What if I get up to the summit before 3am and don’t have a sunrise reservation? Will I be told to leave? If you don’t have a sunrise reservation you will be asked to leave the summit area and you risk being issued a citation.
Do commercial tours need a sunrise reservation? There is no change to the current Commercial Use Authorization (CUA) policy regarding sunrise tours. The new reservation system applies to noncommercial sunrise visitors only. CUA permit holders will continue to follow the procedures and limits required under the park’s Commercial Use Authorization.
Is it better for me to come up on my own or take a commercial tour? It depends on what kind of experience you are looking for and how far ahead of time you can plan your trip. Commercial tours park at Haleakalā Visitor Center, on the rim of the crater just below the summit. Private vehicles can park at one of four lots, as directed by park staff.
Who offers commercial sunrise tours? A list of current Commercial Use Authorizations is available at: https://www.nps.gov/hale/learn/management/currentcua.htm
What about Native Hawaiians who want to conduct cultural traditions at sunrise? Haleakalā National Park welcomes, and waives the entrance fee, for Native Hawaiians who wish to conduct their traditional cultural practices at sunrise or any other time of day under AIRFA, the American Indian Religious Freedom Act. There will be no change to the National Park Service’s current policy regarding Kanaka Maoli who wish to conduct traditional cultural practices in the park.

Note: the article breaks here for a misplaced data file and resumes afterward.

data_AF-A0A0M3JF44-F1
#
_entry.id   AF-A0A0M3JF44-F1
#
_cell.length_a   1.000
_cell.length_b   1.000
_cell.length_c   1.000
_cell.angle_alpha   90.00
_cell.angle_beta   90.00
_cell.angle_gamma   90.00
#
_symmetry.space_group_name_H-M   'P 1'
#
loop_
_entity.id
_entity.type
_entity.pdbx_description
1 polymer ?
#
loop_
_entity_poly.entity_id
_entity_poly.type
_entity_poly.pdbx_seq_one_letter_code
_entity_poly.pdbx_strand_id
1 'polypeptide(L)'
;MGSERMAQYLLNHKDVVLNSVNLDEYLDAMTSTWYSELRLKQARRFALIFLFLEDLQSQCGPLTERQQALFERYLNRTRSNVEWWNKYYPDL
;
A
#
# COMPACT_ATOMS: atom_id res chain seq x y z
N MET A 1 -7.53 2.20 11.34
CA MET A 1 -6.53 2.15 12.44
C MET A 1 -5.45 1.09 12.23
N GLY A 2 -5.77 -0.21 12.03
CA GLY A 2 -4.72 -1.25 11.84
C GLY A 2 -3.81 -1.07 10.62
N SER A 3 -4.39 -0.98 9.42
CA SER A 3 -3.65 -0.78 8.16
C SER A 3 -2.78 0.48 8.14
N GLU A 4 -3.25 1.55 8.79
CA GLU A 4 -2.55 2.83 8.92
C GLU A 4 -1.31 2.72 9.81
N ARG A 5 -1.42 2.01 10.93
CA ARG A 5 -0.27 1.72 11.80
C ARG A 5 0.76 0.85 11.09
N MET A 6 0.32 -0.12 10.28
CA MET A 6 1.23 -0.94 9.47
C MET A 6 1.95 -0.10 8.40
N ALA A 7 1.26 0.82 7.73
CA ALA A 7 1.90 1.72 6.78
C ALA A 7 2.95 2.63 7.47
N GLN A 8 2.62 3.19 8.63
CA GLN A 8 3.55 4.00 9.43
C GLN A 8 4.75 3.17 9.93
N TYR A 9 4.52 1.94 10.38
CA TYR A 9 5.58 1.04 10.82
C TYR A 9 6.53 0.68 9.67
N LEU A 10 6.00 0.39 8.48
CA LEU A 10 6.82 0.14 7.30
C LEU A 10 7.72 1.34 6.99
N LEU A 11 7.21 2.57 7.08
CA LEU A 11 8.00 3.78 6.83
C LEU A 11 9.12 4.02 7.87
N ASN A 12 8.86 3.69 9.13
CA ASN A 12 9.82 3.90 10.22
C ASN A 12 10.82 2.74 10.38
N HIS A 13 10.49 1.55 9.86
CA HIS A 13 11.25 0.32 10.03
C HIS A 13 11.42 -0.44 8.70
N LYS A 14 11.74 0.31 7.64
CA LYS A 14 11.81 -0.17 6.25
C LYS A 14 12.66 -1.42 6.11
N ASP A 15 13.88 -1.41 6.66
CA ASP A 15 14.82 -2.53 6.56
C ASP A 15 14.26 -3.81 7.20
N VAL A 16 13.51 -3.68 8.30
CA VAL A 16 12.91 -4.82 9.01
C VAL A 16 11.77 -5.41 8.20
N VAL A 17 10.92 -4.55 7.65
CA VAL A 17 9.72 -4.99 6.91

How long will this new system last? This program is a “pilot” program designed to protect employee and visitor safety, natural and cultural resources, and provide a quality visitor experience at the Summit during sunrise hours. In 2017, the park will be developing a long term Sunrise Summit Visitor Management Plan, with public input. The plan is expected to be finalized and implemented in 2019.
How many spaces are available to sunrise visitors at the summit? 150 parking spaces serve the 4 sunrise viewing areas.
What about educational groups? They will be required to obtain a sunrise reservation via recreation.gov.
What about vehicles with handicap/disabled placards? All non-commercial visitors who comes up for sunrise will need to make an advanced reservation via recreation.gov. We will accommodate visitors with special needs to the best of our ability with our accessible parking spaces.
What if all the disabled spaces are full? Park staff will work with disabled visitors to accommodate their needs.
Can visitors walk or bike up without a reservation? Yes, however we do not recommend that people walk up the summit road since it is dark and crowded at that time of day.
Why are motorcycles charged the same amount as cars? During this interim reservation system, the sunrise viewing reservations are based on the number of parking spaces at the summit.
Under what authority are you allowed to restrict visitors to a national park? 36 CFR Section 1.5 restricts sunrise visitation as an emergency action to protect visitor and staff safety and park resources.